Armed with this information, Sally Cabot Gunning has crafted a thoughtful piece of historical fiction that explores the relationships of Martha Jefferson, the former President's eldest child, with her father, her siblings, her large family through marriage, and the people enslaved by her family—particularly Sally Hemmings.

The story unfolds in three parts, arranged by date and the plantation at which Martha lived. It begins with the years 1789-1800, and her residence at the Varina planation with her husband Thomas Randolph, whom she married shortly after returning from France.

Martha had decried the decadence and filth of Paris to Tom Randolph, but in truth, there was something as decadent about Monticello, although in a different way—the slower pace of life, perhaps, or the way her father's French wines and more elaborate French furniture, just now beginning to arrive from France, seemed out of place.  And then Negroes.  They crept about in an unnerving, pantherlike silence that Martha hadn't noticed before she left for France.  What did they hear as they moved about? And why hadn't Martha ever before wondered about that?  Martha puzzled over what seemed such a great change, either in her or in life at Monticello, she truly didn't know which.  She asked Maria, pointing as Sallys' sister Critta whispered out of the room after stirring up the fire, "Were they always so quiet?"
(from page 20)

This finely crafted work of historical fiction gently forces the reader to view history through a variety of lenses, none of which are rose-colored. Wishing for an end to the family's dependence on slavery, Martha nevertheless becomes embroiled in a lifelong conflicted existence - constrained to the restrictions and social mores of a Virginia planter's wife and daughter of a President, which render her often helpless yet still complicit in her family's continued connection to enslaved people. The political upheavals of the new nation provides the backdrop of the story, but politics is not the story.  This is a story of a woman's struggle to be a good wife, to be a good mother, to honor her father, and to help shape his legacy.



Resources:

My copy of Monticello was an Advance Reader Copy supplied by the publisher.

Thursday, April 13, 2017

The Legend of Rock Paper Scissors - and its Malaysian alternative

The Legend of Rock Paper Scissors

by Drew Daywalt with pictures by Adam Rex
Harper Collins, 2017

I read The Legend of Rock Paper Scissors on the advice of a librarian friend (thanks, Rebecca). It tells the fictional origin story of the game that siblings and playground pals have used to decide things for as long as one can remember.  Of course, with the combination of Drew Daywalt and Adam Rex, you know it's going to be funny.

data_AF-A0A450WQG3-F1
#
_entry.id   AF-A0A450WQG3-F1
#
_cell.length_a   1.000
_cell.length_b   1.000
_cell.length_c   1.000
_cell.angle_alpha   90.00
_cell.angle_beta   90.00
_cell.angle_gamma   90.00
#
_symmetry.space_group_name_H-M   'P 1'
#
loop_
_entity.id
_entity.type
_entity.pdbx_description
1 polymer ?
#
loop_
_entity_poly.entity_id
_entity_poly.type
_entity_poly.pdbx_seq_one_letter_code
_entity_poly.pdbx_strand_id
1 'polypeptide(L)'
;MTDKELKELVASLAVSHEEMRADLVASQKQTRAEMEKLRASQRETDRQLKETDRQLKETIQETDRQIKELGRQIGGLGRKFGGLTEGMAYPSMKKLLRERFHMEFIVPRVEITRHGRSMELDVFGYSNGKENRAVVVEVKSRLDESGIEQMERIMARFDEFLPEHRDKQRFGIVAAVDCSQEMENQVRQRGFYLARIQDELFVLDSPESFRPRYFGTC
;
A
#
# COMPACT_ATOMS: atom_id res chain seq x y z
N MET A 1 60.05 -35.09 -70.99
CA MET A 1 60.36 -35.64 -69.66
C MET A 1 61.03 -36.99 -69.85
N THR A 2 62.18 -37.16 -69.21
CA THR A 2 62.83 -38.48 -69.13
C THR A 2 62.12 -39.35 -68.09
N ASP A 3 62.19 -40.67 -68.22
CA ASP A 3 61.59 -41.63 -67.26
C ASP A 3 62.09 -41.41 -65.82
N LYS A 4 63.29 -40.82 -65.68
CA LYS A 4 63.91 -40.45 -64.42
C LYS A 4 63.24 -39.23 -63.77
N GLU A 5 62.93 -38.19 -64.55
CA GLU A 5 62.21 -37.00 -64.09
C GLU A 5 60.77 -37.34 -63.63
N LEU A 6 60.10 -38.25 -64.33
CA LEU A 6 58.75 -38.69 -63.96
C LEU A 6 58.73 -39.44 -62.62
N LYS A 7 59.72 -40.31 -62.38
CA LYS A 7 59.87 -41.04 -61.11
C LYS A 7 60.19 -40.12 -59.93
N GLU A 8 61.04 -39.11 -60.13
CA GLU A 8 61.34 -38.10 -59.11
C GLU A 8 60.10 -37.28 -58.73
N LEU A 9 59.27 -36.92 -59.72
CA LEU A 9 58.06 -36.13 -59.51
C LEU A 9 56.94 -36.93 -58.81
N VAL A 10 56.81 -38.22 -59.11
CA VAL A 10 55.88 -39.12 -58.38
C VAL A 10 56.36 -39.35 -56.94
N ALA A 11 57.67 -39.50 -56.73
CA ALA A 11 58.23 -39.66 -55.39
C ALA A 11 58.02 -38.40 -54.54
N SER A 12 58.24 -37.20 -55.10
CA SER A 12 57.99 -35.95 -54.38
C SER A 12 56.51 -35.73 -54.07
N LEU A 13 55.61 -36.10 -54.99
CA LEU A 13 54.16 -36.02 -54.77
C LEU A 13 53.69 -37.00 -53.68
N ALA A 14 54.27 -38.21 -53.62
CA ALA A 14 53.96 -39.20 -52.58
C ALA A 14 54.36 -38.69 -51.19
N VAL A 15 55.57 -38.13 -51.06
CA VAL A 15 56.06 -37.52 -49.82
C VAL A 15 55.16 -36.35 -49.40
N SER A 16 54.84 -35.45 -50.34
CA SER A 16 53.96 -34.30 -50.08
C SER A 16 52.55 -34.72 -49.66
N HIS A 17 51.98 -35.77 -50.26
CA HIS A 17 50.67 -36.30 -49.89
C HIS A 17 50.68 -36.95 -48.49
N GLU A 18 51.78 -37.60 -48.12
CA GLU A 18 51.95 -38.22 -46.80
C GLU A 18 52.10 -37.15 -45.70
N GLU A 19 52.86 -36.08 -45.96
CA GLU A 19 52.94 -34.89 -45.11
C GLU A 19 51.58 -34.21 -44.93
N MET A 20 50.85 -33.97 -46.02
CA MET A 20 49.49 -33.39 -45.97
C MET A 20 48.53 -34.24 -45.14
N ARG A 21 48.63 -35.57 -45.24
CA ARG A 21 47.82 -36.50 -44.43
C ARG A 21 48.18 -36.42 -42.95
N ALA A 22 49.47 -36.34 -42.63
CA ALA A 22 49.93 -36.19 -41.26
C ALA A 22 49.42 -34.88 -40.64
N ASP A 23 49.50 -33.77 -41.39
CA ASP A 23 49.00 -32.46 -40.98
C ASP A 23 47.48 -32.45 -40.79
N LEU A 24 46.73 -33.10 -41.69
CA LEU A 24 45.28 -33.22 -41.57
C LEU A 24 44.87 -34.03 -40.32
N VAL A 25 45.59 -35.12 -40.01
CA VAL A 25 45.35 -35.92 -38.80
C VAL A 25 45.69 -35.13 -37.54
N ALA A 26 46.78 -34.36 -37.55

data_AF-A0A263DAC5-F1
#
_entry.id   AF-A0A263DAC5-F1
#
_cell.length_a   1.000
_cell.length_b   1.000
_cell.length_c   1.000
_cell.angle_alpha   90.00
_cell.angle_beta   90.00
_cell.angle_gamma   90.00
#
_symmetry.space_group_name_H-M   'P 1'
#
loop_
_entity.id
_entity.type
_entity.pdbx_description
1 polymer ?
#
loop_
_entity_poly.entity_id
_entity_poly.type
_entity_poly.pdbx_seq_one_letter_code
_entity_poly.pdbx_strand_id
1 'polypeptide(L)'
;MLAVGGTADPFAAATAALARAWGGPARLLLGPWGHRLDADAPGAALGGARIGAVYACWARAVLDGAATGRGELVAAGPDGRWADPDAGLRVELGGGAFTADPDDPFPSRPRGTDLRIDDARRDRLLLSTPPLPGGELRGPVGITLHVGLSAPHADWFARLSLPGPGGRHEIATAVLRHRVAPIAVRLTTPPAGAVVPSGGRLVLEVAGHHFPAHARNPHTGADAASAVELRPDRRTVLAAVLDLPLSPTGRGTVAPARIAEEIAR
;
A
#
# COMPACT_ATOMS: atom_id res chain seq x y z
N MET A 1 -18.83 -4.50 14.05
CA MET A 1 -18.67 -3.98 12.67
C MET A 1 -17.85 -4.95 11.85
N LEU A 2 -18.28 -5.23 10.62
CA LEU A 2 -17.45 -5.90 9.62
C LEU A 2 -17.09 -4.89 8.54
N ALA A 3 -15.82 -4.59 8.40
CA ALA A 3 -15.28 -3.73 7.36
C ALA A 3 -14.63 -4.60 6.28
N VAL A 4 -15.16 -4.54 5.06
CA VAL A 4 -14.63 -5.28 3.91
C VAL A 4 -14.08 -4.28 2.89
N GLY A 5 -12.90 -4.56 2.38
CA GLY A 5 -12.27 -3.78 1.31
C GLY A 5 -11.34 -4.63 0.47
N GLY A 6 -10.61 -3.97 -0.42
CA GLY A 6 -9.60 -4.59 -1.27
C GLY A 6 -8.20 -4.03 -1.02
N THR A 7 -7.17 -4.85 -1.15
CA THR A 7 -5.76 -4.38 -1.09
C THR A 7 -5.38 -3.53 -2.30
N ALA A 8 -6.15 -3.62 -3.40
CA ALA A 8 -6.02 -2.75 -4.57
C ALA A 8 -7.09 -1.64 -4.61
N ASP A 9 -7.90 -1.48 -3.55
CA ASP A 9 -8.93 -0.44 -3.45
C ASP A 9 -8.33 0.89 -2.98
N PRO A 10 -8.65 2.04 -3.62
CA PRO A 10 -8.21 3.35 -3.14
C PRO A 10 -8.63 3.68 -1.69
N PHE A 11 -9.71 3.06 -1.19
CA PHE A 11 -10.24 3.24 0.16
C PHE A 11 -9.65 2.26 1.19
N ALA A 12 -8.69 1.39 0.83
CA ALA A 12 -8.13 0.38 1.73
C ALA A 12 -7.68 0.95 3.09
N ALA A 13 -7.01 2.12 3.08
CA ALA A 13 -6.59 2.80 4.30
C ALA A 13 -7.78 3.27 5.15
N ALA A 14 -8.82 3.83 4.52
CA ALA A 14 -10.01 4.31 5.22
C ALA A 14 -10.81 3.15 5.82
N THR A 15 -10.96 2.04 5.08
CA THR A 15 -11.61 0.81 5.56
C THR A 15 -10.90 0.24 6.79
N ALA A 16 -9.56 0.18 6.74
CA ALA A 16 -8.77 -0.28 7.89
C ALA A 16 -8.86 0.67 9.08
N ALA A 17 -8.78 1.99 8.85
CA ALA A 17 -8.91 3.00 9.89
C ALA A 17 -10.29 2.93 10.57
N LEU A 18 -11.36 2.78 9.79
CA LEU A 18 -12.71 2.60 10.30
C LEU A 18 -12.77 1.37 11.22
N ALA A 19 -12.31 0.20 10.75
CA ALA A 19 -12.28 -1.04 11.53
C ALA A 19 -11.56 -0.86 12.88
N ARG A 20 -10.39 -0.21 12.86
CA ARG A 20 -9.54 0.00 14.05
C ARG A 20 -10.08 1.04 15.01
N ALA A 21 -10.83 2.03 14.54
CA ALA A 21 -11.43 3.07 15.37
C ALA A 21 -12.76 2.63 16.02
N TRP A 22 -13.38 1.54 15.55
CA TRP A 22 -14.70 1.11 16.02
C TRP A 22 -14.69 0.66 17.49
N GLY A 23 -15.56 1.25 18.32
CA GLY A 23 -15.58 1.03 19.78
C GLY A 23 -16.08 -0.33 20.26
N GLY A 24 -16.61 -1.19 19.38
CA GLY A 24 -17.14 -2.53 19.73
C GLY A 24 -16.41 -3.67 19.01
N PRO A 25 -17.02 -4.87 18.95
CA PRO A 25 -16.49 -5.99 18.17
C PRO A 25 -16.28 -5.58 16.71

I don't want to review it, however, I want to tell a story.

When my children were little, a Malaysian friend of mine came over to visit.  We each had three kids and they played together often.  When I suggested that they decide something with Rock Paper Scissors, she was puzzled, so I explained the concept.

"Oh!" she said.  "I know that.  In Malaysia, it's bird, water, rock," and she made the appropriate hand gestures for each.  It took me a minute to wrap my head around that.  Water wears down rock, bird drinks water, rock crushes bird.  At first, it seemed a gruesome game for little kids to play, but who am I to say? Honestly, I always thought that rock covers paper was a rather lame win. Is Bird Water Rock not a more accurate depiction of how things work in the world? 

My roundabout point here is that we must always remember that everyone comes into life with a different backstory.  That's what makes the world such a rich and interesting place. That it the reason for the #WeNeedDiverse books campaign.  Not only is it comforting to see yourself in the pages of books; it's eye-opening and mind-expanding and refreshing to see someone different in the pages of books.

And speaking of refreshing, I kid you not ... On another warm summer day, nearly twenty years ago, I asked this same friend if I could get her a cold drink.  She asked for a shandy.

"A what?" I asked.

"Half beer, half lemonade," she said. "We drank that in Malaysia all the time."

"Ha! ha!" I laughed.  "That sounds awful!"

That was nearly twenty years ago.  How I wish we would have run with that thought to the patent office or the nearest brewer!  Now shandies are so popular - but don't kid yourself into believing that Budweiser invented them.  Just ask someone from Malaysia.

So, enjoy The Legend of Rock Paper Scissors (a sample is below), but keep Bird Water Rock in the back of your head.  Both are worthy of your attention.